Pregnancy may trigger changes in the structure and size of regions in a woman’s brain that are involved in responding to social and emotional cues, a recent study suggests.
Many of these changes appeared to last at least two years after giving birth, the study found. Mothers who had the most pronounced alterations in their brains also scored higher on tests of emotional attachment to their babies than women whose brains underwent subtler changes.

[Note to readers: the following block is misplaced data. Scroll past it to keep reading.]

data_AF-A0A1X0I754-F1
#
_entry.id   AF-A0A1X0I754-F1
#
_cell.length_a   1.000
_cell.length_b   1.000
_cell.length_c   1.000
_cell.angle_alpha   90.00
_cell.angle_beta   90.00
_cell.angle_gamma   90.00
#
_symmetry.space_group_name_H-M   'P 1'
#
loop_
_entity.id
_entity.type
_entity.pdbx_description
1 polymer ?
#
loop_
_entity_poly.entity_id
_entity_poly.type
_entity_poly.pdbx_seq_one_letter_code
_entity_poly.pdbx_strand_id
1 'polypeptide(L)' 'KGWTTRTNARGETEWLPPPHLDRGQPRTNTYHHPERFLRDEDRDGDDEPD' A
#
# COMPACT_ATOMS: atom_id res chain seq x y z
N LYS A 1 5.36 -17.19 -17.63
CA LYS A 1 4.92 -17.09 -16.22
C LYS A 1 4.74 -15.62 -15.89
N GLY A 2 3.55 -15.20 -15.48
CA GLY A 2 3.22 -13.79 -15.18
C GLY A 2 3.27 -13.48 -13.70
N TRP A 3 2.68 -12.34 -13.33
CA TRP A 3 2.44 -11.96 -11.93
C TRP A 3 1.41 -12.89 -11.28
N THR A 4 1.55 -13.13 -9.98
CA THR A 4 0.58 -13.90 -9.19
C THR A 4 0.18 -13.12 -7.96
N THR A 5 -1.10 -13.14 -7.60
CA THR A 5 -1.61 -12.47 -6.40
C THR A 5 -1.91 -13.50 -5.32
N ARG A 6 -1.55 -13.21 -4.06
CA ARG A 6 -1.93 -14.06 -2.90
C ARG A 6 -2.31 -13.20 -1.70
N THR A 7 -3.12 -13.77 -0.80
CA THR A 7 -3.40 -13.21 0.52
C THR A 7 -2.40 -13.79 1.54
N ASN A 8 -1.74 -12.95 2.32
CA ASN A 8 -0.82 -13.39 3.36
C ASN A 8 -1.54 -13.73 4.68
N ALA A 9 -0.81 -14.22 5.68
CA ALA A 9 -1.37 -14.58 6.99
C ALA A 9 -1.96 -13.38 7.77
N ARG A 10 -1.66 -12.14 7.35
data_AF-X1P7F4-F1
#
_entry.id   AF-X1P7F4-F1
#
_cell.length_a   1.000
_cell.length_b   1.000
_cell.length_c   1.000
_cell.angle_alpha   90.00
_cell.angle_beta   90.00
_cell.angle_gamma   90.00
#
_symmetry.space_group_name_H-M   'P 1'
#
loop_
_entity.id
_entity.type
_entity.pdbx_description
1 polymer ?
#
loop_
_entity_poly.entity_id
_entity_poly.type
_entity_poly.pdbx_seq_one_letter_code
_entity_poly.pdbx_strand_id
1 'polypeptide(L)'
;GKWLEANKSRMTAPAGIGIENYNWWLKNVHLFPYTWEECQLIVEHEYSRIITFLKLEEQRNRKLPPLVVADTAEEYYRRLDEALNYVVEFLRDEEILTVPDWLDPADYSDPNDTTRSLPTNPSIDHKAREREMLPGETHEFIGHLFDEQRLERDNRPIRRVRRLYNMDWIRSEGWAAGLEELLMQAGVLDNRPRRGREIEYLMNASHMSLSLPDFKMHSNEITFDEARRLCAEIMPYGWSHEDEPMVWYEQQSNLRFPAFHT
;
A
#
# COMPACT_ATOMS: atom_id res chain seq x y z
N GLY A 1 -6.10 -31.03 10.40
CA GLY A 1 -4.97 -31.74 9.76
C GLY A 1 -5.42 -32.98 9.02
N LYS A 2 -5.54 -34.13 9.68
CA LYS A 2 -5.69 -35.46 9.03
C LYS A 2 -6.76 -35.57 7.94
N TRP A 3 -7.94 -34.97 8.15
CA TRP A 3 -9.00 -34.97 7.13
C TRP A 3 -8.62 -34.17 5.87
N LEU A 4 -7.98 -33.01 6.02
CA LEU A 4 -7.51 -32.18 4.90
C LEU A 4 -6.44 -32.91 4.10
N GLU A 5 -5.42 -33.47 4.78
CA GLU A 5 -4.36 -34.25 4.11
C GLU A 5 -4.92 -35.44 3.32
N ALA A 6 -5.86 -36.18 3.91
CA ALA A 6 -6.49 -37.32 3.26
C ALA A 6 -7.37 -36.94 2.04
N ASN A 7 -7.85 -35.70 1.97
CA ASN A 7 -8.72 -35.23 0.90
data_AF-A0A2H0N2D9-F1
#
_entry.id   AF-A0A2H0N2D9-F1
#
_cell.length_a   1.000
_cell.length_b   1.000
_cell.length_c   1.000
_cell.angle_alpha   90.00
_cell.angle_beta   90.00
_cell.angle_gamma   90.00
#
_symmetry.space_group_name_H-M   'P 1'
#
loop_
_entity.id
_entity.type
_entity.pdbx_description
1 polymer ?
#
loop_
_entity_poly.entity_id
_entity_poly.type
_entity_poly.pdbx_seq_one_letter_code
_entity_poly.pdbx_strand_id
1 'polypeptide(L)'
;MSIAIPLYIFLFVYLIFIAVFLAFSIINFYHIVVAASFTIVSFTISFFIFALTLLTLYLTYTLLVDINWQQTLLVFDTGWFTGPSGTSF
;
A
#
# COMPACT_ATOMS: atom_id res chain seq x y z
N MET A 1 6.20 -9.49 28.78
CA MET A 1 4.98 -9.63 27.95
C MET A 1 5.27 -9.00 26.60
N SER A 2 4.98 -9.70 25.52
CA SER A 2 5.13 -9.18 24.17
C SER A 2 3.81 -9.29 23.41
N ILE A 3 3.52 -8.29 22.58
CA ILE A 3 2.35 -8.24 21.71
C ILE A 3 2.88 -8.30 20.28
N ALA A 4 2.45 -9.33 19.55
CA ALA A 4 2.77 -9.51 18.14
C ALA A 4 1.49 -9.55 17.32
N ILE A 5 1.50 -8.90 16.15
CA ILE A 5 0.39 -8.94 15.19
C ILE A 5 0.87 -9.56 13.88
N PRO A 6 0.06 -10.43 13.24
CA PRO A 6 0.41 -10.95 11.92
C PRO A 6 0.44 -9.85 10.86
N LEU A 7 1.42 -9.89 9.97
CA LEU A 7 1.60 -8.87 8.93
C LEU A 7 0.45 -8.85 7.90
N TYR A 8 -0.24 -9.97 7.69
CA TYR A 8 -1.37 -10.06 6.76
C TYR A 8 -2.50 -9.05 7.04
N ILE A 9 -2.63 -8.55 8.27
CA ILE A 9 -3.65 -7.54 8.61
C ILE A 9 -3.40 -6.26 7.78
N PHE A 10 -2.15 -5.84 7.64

“This study provides the first insights into the impact of pregnancy on the grey matter architecture of the human brain,” said lead study author Elseline Hoekzema of the University of Leiden in the Netherlands.
While the exact cause of these shifts in the brain isn’t clear, it’s possible the changes may help women prepare for the social demands of motherhood, the researchers report in the journal Nature Neuroscience.